A growing number of businesses and individuals are paying more attention to the security of their private information. Japanese electronics manufacturer Toshiba has introduced a new hard drive it believes offers a better solution than many traditional data security tools, according to ZDNet Asia.
Toshiba's Self-Encrypting Drives use an authentication process embedded in the hard drive itself, which changes its encryption and activates every time the device is turned on. Without the correct encryption key, the data becomes unreadable, though can still be accessed by users with administrative privileges.
"This device provides [the] distinct advantage of relatively little performance degradation as compared to software full-disk encryption that is offered in the market, while still ensuring strong protection of the data in storage," Thio Fu Wang, senior manager at CrimsonLogic, told ZDNet.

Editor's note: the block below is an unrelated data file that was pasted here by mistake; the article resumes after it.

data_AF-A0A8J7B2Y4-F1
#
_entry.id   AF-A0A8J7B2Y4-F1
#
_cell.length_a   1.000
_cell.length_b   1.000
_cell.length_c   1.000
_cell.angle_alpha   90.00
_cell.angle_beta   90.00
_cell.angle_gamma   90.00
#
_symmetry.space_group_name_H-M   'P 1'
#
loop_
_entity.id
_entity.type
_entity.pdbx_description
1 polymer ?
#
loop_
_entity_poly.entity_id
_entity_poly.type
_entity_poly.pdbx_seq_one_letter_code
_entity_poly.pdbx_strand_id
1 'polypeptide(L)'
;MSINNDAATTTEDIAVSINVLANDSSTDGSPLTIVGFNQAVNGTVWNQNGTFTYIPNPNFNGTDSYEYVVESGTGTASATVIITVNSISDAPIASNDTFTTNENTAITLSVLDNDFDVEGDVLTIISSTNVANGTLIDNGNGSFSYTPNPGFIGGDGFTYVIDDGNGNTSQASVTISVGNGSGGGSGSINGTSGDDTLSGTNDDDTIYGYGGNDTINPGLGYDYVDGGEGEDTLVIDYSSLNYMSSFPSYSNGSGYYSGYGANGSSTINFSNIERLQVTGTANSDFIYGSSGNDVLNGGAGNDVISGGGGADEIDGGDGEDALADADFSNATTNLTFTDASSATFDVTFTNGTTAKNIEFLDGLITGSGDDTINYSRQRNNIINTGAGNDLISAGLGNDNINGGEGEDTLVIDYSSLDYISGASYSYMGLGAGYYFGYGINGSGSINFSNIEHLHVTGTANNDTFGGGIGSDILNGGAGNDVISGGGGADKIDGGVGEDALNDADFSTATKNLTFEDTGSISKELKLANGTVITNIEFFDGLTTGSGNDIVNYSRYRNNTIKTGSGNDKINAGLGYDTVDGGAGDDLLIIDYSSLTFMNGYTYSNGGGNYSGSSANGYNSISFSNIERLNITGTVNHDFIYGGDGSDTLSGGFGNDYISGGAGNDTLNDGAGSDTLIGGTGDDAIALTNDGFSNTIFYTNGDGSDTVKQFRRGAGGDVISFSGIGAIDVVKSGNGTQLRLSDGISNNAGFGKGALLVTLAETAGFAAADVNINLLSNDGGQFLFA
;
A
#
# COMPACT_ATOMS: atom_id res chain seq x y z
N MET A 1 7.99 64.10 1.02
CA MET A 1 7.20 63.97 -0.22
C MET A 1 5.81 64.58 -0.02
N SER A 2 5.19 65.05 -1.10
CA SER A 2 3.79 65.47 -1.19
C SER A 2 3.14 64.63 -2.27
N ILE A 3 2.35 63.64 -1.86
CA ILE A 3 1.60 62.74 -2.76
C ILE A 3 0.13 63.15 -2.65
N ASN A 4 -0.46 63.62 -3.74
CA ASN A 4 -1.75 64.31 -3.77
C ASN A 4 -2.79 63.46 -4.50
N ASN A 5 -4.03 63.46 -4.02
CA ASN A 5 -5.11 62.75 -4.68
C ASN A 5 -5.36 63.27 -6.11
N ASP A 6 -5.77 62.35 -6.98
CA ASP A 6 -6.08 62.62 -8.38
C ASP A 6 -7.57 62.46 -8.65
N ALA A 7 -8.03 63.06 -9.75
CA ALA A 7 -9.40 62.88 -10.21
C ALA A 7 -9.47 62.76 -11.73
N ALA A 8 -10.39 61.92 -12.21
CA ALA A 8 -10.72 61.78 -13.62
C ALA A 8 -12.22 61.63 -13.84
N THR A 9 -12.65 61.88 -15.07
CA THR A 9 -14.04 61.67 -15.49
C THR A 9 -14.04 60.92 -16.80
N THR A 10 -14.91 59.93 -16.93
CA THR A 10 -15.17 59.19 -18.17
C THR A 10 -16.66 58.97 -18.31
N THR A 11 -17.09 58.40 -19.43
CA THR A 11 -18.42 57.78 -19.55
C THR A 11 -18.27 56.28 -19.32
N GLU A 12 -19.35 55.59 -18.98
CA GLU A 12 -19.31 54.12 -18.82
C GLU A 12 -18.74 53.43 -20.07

Jay Kim, chief operating officer of DataLocker, argued to PC Magazine that this type of hardware-based encryption is superior to software-based methods, because the hard drive creates its own framework. However, data recovery expert C.K. Lee notes that human factors ultimately define most security concerns and should be addressed above technical solutions. He notes that most data thefts are still linked to physical rather than electronic documents.